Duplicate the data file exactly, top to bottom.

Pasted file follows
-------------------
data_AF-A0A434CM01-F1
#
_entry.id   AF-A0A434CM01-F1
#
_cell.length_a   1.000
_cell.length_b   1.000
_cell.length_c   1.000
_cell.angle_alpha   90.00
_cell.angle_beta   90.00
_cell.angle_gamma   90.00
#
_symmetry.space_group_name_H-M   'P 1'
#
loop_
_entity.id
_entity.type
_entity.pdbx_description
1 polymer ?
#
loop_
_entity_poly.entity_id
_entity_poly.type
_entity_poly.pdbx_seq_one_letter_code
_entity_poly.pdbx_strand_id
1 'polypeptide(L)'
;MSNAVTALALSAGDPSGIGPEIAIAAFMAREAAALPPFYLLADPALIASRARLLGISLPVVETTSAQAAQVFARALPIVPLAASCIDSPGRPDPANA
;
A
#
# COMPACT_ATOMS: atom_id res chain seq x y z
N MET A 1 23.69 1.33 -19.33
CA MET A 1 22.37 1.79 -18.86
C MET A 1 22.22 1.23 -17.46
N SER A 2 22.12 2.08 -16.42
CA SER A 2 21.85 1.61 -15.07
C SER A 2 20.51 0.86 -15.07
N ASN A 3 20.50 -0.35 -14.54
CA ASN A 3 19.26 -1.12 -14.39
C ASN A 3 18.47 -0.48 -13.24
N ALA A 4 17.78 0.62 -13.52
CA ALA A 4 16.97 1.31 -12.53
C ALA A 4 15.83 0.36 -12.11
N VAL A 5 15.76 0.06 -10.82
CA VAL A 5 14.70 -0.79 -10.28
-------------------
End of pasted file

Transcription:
data_AF-A0A434CM01-F1
#
_entry.id   AF-A0A434CM01-F1
#
_cell.length_a   1.000
_cell.length_b   1.000
_cell.length_c   1.000
_cell.angle_alpha   90.00
_cell.angle_beta   90.00
_cell.angle_gamma   90.00
#
_symmetry.space_group_name_H-M   'P 1'
#
loop_
_entity.id
_entity.type
_entity.pdbx_description
1 polymer ?
#
loop_
_entity_poly.entity_id
_entity_poly.type
_entity_poly.pdbx_seq_one_letter_code
_entity_poly.pdbx_strand_id
1 'polypeptide(L)'
;MSNAVTALALSAGDPSGIGPEIAIAAFMAREAAALPPFYLLADPALIASRARLLGISLPVVETTSAQAAQVFARALPIVPLAASCIDSPGRPDPANA
;
A
#
# COMPACT_ATOMS: atom_id res chain seq x y z
N MET A 1 23.69 1.33 -19.33
CA MET A 1 22.37 1.79 -18.86
C MET A 1 22.22 1.23 -17.46
N SER A 2 22.12 2.08 -16.42
CA SER A 2 21.85 1.61 -15.07
C SER A 2 20.51 0.86 -15.07
N ASN A 3 20.50 -0.35 -14.54
CA ASN A 3 19.26 -1.12 -14.39
C ASN A 3 18.47 -0.48 -13.24
N ALA A 4 17.78 0.62 -13.52
CA ALA A 4 16.97 1.31 -12.53
C ALA A 4 15.83 0.36 -12.11
N VAL A 5 15.76 0.06 -10.82
CA VAL A 5 14.70 -0.79 -10.28